Thursday, October 13, 2005


MNCs behind high cost of medicines

By Francis Allan L. Angelo

MANY Filipinos die not because of diseases but due to prohibitive prices of medicine.
This was the sad assessment of Roberto “Obet” Pagdanganan, chairman and president of the Philippine International Trading Corporation (PITC), as he exposed the so-called cartelization of the Philippine pharmaceutical industry.
Pagdanganan, a former governor of Bulacan province, yesterday keynoted the 2005 International Cooperative Month celebration at the Iloilo provincial capitol which focused on health coop business and the Botika ng Bayan program of the government.
In a Power Point presentation before cooperative members and officers in the province, Pagdanganan outlined how multinational corporations (MNCs) manipulate the manufacturing and selling of medicines in the country.
Pagdanganan said approximately 70 percent of P80-billion pharmaceutical market is in the grip of MNCs.
For one, Interphil, a giant pharmaceutical maker, controls 80 percent of toll manufacturing while its sister company Zuellig Pharma/Metro Drug also controls 80 percent of the wholesale distribution of its products.
About 70% of medicines is sold to the public through giant drugstore chain Mercury Drugs which has an estimated annual sale of P30billion.
Because of this setup, Pagdanganan said “the Philippines has the highest drug prices in the world in relation to per capita income.”
The overall picture of the types of medicines sold in the country also reinforced Pagdanganan’s observation – 69 percent of the market is comprised of ethical or prescribed (Rx) drugs which are mostly branded while the remaining 31 percent are proprietary or over-the-counter (OTC) drugs.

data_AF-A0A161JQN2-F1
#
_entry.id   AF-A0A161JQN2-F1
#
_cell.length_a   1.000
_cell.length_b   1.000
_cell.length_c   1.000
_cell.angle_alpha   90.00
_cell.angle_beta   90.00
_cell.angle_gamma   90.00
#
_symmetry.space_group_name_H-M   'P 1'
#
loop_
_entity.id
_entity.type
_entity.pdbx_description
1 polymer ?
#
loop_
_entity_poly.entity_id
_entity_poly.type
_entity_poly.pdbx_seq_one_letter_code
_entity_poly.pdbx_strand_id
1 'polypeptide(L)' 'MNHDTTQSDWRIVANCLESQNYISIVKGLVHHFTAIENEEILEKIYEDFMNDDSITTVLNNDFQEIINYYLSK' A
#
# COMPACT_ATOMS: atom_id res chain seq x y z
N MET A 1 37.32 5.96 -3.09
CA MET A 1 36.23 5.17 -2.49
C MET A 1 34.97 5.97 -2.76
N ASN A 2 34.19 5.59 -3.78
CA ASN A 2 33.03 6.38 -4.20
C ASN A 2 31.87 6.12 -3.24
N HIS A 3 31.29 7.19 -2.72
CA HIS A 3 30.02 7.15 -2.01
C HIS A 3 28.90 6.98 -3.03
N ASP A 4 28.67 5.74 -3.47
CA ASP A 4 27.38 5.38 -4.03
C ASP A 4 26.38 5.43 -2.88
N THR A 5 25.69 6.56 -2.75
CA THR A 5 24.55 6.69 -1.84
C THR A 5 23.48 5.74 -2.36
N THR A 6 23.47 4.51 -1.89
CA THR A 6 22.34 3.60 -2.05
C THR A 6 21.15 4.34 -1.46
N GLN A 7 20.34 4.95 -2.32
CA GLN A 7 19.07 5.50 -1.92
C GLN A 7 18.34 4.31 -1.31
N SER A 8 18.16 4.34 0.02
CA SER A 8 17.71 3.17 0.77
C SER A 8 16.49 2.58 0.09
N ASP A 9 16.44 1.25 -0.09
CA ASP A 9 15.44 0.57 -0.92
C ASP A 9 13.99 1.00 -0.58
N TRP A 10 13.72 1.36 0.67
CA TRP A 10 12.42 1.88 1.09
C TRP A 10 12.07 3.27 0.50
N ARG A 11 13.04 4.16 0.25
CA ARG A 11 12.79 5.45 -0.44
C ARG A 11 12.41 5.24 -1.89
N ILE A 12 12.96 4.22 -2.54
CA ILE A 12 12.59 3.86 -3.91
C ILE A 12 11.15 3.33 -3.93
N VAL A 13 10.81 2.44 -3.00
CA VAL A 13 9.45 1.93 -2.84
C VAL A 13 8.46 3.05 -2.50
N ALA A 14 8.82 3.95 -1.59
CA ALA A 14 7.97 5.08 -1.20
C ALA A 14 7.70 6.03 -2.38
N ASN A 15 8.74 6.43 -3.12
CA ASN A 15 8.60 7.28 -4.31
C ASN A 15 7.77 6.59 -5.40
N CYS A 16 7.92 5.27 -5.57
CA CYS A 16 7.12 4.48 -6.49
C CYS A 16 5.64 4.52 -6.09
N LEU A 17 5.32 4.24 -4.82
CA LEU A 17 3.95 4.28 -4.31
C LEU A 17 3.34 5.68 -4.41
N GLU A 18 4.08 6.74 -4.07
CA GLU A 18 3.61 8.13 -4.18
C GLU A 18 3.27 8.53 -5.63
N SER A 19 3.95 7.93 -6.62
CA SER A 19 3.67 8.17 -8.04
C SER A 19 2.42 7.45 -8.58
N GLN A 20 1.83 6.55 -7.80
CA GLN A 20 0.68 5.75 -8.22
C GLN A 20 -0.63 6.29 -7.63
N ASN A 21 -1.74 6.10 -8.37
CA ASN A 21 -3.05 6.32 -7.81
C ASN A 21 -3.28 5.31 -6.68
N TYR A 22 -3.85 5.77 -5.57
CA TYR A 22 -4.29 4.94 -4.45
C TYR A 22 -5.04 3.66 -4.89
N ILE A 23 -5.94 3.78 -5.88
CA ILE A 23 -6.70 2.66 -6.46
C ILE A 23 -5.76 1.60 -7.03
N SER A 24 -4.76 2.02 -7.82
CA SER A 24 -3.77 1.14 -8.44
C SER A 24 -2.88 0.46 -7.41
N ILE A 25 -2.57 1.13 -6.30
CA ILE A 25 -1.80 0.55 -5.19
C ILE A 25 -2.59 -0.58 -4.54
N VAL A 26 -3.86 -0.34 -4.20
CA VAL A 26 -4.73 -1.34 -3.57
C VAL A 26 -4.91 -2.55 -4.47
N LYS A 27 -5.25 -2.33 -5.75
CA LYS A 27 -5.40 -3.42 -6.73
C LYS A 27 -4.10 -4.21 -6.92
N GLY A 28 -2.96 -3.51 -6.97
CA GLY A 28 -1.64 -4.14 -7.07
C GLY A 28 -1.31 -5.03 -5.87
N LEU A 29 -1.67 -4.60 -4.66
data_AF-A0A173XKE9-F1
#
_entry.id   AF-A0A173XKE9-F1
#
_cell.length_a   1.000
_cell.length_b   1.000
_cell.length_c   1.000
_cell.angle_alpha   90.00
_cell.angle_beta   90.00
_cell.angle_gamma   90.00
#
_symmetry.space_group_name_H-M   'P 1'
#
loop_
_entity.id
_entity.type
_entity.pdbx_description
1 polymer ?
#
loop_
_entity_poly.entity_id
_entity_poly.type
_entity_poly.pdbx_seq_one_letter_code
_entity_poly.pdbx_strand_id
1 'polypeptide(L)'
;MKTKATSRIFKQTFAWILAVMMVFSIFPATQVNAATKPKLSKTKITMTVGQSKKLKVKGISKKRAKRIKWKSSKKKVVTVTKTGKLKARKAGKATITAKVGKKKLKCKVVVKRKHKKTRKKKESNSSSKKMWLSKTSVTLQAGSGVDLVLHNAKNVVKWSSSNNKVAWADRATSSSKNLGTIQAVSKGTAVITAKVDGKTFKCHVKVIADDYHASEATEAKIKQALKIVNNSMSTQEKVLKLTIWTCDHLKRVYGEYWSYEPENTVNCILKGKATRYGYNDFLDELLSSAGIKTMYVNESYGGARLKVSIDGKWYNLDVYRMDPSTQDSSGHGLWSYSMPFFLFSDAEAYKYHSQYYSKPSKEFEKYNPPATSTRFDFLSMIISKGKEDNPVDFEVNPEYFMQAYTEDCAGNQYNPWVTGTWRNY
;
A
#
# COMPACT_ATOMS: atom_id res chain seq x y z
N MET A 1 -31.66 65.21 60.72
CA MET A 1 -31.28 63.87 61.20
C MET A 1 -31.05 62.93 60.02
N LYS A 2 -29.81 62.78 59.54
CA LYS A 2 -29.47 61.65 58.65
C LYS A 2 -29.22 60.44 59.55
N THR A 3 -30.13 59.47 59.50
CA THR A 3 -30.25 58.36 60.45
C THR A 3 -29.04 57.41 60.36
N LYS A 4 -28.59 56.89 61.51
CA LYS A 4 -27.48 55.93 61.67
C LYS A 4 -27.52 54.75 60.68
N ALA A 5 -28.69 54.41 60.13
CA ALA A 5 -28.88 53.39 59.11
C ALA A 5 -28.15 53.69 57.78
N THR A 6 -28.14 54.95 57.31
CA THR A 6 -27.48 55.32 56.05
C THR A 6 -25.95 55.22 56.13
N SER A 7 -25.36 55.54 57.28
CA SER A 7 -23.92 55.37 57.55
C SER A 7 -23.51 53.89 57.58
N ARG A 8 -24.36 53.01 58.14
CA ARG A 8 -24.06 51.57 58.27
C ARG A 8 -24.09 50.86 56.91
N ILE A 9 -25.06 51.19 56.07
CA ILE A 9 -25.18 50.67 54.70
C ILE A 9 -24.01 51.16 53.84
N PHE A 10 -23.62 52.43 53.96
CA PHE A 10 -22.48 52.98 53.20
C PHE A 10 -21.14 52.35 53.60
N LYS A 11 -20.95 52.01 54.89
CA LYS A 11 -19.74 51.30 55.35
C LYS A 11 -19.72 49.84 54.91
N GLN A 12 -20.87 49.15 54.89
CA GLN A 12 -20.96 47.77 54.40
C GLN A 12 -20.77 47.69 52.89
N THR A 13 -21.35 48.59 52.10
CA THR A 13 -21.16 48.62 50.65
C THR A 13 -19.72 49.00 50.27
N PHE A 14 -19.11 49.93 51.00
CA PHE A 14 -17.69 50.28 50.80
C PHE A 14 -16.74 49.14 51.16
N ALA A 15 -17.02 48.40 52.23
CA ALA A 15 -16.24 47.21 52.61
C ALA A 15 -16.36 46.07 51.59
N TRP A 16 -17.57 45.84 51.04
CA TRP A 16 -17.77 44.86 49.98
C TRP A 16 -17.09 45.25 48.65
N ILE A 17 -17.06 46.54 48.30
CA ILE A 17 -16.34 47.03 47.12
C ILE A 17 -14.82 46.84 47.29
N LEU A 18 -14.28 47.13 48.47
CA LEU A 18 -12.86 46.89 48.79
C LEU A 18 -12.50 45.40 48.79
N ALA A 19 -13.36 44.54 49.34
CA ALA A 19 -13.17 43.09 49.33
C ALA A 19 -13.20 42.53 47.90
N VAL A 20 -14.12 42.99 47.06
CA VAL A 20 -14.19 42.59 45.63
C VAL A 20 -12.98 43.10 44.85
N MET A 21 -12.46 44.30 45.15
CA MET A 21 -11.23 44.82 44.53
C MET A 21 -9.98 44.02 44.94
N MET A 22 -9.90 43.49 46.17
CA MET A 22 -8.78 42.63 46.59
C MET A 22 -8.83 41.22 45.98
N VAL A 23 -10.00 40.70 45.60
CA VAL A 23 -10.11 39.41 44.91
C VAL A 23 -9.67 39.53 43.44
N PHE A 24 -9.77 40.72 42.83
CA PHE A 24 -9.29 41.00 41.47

Despite the Generics Law, which aimed at giving consumers the chance to buy cheap but effective drugs, 97 percent of medicines sold in the country are branded.
Because of this lopsided condition of the industry, giant drugstores are the ones who eat up the P80-billion industry, accounting for 88 percent of the total sales while the remaining 12 percent goes to hospital sales.
When compared to other countries, prices of medicines sold in the country are 99 percent higher. For example, a 500-milligram tablet of Ponstan (a brand of painkiller) costs P 20.98 here when one can buy it for only P1.46 in Pakistan and P2.80 in India.
Pagdanganan said the cartelization of the pharmaceutical industry in the country has resulted to 40 percent of 82.7million of Filipinos not having access to medicines. Worse, 70 percent cannot buy medicines because of prohibitive prices.
Aside from the control of MNCs over the industry, Pagdanganan said “the current system of patent registration and protection favors of the biggest players, exorbitant marketing/administrative costs and the lack of price control even for off-patent products are also factors why we suffer from high cost of drugs.”
“There are manufacturers who even re-label their off-patent products by literally sugar-coating the capsule. They will promote it as a new and slow-acting drug but in reality it does not contain new base ingredient, it’s only a sweetened capsule,” Pagdanganan said.
To solve the problem of overpriced drugs sold in the country, the PITC chief said they are taking the cudgels of importing cheap drugs from manufacturers in India and Pakistan.
The PTIC is also working for the establishment of a government-owned drug factory in the country which will result to lower prices of medicines.
Pagdanganan also lauded the efforts of 4th district Rep. Ferjenel Biron who filed a bill with Congress which seeks to regulate drug prices and break the cartel that controls the pharmaceutical industry.
At present, the Botika ng Bayan program is the conduit of the PTIC’s efforts to bring cheap but effective medicines.
Their efforts, however, are not without “harassments” from the pharmaceutical giants, Pagdanganan said.
“They have been threatening us with lawsuits while sowing wild rumors about the proliferation of counterfeit drugs because of our importation program. But we are not bothered about it,” he said.
The PTIC is eyeing cooperatives to help establish Botika ng Bayan (BnB) outlets in the country.
Pagdanganan said Iloilo is a potential area for the BnB because of the strong support of the local government units to cooperatives here.
“For a P500,000-capital, our cooperatives here can put up BnB outlets. While earning, they can help our less-fortunate countrymen. Iloilo has a strong cooperative base compared to the rest of the country,” he added.
The Jaro Archdiocesan Social Action Center is one of the BnB outlets in Iloilo City.
(Published in the October 14, 2005 issue of The Guardian-Iloilo)


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